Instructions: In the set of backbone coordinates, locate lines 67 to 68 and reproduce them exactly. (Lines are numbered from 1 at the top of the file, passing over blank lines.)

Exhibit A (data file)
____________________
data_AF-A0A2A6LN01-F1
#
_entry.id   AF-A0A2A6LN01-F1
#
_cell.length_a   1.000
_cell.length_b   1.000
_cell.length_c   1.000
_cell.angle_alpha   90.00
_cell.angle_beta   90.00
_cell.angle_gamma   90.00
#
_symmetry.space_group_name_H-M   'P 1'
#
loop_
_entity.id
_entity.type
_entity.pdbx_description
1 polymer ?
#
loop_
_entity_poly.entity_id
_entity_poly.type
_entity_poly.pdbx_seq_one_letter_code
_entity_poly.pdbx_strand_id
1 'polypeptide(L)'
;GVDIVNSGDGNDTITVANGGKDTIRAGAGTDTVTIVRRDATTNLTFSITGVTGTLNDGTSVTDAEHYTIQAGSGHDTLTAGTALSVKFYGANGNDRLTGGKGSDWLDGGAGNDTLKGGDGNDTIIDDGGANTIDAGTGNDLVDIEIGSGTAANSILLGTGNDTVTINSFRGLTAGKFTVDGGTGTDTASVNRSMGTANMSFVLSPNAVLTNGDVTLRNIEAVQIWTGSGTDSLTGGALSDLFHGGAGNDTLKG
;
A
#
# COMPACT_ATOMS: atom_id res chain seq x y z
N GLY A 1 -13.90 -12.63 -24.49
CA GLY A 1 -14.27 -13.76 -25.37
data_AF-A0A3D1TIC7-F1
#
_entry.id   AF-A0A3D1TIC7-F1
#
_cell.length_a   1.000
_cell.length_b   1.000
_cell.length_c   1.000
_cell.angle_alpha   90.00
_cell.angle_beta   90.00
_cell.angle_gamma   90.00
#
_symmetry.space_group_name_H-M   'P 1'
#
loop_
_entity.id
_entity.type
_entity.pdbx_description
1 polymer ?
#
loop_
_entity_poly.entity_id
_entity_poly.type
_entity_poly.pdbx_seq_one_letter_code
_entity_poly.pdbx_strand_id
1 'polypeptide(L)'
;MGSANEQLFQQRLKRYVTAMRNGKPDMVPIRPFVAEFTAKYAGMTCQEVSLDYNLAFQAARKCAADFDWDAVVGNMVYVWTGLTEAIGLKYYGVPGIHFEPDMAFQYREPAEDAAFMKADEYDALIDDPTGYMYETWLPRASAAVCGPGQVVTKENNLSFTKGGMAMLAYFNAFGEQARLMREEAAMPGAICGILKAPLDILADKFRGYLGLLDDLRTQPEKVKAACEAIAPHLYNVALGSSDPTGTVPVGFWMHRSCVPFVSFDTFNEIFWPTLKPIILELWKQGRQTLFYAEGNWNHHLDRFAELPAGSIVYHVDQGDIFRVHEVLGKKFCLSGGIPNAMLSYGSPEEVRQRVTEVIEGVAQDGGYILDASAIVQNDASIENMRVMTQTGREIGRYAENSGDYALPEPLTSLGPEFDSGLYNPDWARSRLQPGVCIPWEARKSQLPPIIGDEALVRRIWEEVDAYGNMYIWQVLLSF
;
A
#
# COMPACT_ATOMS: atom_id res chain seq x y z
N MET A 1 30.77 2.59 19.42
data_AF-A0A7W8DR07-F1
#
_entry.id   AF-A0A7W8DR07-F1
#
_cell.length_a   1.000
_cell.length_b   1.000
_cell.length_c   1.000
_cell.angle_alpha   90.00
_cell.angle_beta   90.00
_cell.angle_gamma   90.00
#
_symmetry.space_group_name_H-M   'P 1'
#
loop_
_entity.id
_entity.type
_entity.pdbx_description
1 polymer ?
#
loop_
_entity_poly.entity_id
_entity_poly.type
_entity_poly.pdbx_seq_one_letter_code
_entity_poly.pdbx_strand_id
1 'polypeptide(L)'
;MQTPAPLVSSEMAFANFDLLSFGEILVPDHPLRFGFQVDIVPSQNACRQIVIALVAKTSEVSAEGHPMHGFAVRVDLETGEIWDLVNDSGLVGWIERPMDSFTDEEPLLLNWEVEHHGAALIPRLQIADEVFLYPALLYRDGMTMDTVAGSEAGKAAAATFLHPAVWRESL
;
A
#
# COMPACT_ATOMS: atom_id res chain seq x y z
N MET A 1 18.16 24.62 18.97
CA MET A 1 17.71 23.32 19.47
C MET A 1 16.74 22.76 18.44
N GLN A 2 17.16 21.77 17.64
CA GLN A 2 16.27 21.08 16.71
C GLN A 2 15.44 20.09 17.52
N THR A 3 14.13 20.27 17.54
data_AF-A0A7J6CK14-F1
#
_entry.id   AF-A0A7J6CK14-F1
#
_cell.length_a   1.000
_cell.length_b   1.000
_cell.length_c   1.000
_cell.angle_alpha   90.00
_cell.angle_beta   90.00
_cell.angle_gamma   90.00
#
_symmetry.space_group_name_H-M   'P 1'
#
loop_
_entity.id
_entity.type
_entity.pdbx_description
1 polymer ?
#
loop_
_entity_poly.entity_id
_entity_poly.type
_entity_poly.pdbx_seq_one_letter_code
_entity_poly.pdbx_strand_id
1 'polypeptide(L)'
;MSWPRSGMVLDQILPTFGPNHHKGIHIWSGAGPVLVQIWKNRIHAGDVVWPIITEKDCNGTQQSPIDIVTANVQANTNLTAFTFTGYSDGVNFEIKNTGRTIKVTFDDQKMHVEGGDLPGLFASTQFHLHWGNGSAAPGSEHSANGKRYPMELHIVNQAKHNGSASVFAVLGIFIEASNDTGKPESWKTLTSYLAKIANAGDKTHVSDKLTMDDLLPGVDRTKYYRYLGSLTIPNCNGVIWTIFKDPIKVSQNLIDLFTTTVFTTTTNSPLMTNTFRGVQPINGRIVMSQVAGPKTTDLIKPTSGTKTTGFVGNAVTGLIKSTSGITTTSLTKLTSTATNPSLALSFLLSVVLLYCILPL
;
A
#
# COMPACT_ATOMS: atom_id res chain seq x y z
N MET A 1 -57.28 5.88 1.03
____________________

#
_cell.length_a   1.000